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Joy Robins on how she’s steering The New York Times’ ad business into the wave of change

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The New York Times tapped Joy Robins as its global chief advertising officer this past spring and six months later, Robins is leading her team through a number of industry-wide changes. 

Previously chief revenue officer of the Washington Post, Robins is not unfamiliar with the challenges that news publications are facing when it comes to brand safety concerns and monetizing news coverage. And at the Times, she and her team are working to incorporate attention metrics as KPIs for client campaigns and pitching new clients thoughtfully in order to stay on top of the volatile ad market.

What’s more, this month, Insider reported that the Times reversed its decision to remove open programmatic advertising from its app earlier this year, which Robins said was due to the fact that audiences say those ads were not disruptive after all. 

In the latest episode of the Digiday Podcast, Robins chats about how she’s leading her team to incorporate new attention metrics and how reopening the open programmatic revenue valve can only stand to benefit the Times’ business. 

Highlights from the conversation have been lightly edited and condensed. 

Adding open programmatic ads back to the app  

Programmatic supports the advertising business, obviously. Direct advertising has long been a focus, but programmatic is also a revenue stream that supports the business. And with respect to open programmatic within the app … the technology around the open programmatic market, and our ability to ensure quality ads and experiences come through within the app, have become far more sophisticated since we had turned it off. And it was always in service of creating quality premium experiences for our readers. And once we had real confidence that that was something that we really had a lot more control over, it led us to bringing that stream back into the app.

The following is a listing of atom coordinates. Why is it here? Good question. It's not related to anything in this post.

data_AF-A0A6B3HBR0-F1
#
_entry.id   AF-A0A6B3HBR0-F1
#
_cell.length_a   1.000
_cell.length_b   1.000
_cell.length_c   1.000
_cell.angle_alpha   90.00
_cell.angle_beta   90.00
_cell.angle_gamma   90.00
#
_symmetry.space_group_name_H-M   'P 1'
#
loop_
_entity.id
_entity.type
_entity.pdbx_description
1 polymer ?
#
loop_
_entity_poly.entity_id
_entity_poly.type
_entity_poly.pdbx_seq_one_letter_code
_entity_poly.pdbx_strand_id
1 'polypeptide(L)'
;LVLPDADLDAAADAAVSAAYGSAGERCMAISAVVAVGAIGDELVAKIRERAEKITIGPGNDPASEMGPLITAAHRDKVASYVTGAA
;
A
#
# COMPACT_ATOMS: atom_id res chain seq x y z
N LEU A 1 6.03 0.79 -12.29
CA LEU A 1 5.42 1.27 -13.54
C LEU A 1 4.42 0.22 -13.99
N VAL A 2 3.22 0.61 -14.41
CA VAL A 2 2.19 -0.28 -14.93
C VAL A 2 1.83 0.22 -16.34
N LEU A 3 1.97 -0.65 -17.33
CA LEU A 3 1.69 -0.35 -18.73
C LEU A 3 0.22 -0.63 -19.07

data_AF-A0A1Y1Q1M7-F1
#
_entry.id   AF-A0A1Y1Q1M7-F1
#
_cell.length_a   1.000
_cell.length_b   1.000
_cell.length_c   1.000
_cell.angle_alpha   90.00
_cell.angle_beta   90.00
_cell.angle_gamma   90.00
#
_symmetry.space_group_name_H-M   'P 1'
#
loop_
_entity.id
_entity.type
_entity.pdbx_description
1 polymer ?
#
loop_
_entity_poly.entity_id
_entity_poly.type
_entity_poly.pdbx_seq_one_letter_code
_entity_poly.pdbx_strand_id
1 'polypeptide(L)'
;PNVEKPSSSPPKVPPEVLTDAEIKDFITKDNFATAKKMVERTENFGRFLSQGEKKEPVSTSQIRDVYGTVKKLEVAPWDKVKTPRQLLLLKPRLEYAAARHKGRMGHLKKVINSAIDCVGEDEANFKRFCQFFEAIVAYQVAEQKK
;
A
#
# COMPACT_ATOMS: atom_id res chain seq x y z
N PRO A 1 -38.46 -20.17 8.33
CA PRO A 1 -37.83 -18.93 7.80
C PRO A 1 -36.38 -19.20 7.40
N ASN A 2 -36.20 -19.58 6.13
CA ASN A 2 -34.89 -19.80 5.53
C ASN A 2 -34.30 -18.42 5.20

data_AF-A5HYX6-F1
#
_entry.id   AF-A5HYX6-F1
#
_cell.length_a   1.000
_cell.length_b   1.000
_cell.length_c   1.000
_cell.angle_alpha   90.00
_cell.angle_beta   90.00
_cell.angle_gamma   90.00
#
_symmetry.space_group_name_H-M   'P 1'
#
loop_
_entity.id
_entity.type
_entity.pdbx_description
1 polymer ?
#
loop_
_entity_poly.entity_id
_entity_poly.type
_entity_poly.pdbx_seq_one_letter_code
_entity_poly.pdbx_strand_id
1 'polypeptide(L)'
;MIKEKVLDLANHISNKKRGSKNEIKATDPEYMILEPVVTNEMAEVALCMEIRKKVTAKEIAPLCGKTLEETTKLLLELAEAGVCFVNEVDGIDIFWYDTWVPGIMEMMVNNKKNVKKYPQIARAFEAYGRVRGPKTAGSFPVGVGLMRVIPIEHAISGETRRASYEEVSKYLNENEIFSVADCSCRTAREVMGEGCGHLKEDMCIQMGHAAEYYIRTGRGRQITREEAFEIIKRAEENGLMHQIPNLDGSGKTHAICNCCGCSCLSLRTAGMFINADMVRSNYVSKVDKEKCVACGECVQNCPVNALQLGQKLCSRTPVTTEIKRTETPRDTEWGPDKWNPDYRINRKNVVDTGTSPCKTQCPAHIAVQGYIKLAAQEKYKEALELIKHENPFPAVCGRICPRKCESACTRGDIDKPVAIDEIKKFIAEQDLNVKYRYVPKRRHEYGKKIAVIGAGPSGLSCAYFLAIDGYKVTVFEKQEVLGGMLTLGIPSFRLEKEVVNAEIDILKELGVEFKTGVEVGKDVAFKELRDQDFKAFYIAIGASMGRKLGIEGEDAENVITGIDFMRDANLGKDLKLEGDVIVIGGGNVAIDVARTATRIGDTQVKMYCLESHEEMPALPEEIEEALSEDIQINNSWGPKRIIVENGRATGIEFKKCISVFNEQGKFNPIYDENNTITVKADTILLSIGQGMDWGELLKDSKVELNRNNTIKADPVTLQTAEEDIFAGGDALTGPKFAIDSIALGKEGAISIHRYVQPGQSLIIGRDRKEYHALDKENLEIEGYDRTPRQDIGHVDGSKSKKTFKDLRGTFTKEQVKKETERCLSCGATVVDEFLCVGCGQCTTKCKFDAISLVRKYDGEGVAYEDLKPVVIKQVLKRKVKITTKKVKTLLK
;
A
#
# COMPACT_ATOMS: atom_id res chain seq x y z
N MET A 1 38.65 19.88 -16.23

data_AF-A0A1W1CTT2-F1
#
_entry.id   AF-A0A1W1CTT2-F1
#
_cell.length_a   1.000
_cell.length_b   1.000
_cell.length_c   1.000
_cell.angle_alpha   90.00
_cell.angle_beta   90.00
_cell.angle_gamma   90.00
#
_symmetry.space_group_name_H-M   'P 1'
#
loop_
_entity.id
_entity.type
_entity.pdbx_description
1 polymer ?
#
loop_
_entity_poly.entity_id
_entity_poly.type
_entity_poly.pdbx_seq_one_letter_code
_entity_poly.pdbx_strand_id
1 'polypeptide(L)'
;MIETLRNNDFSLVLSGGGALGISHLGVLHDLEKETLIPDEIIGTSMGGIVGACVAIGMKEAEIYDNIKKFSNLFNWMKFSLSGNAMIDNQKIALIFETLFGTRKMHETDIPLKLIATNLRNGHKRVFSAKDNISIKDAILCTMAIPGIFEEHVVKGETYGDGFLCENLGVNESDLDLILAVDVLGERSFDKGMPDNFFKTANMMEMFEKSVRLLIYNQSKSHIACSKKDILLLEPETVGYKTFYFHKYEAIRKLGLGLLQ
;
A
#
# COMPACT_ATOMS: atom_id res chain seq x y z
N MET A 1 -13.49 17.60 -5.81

Adding attention metrics to the equation

How, operationally, do we make sure that we’re responsibly approaching change? I think the answer to that is, first of all, we need to make sure that we are working collaboratively across teams. I can’t say that enough. I think that we, as an industry, often recognize something needs to change and start to enact change without bringing the teams that are a part of that change along. And so really looking across our organization and within The New York Times advertising to ensure that we have all the right stake holder’s involved, those who really are working with the data, working with our brand partners and our agency partners when it comes to performance, and really making sure everybody is involved in evaluating solutions going forward.

The state of Q4 advertising 

We see a number of our partners really looking inside of the quarter and spending budgets often focused on more quick turn opportunities, and really measuring the effectiveness of those campaigns via short term. And what it does in that week in that quarter, but equally, we’re seeing advertisers really focus on some of the longer term more custom content within sponsorship-driven opportunity. So I would say it’s fairly equally balanced and not atypical [for this time of year].

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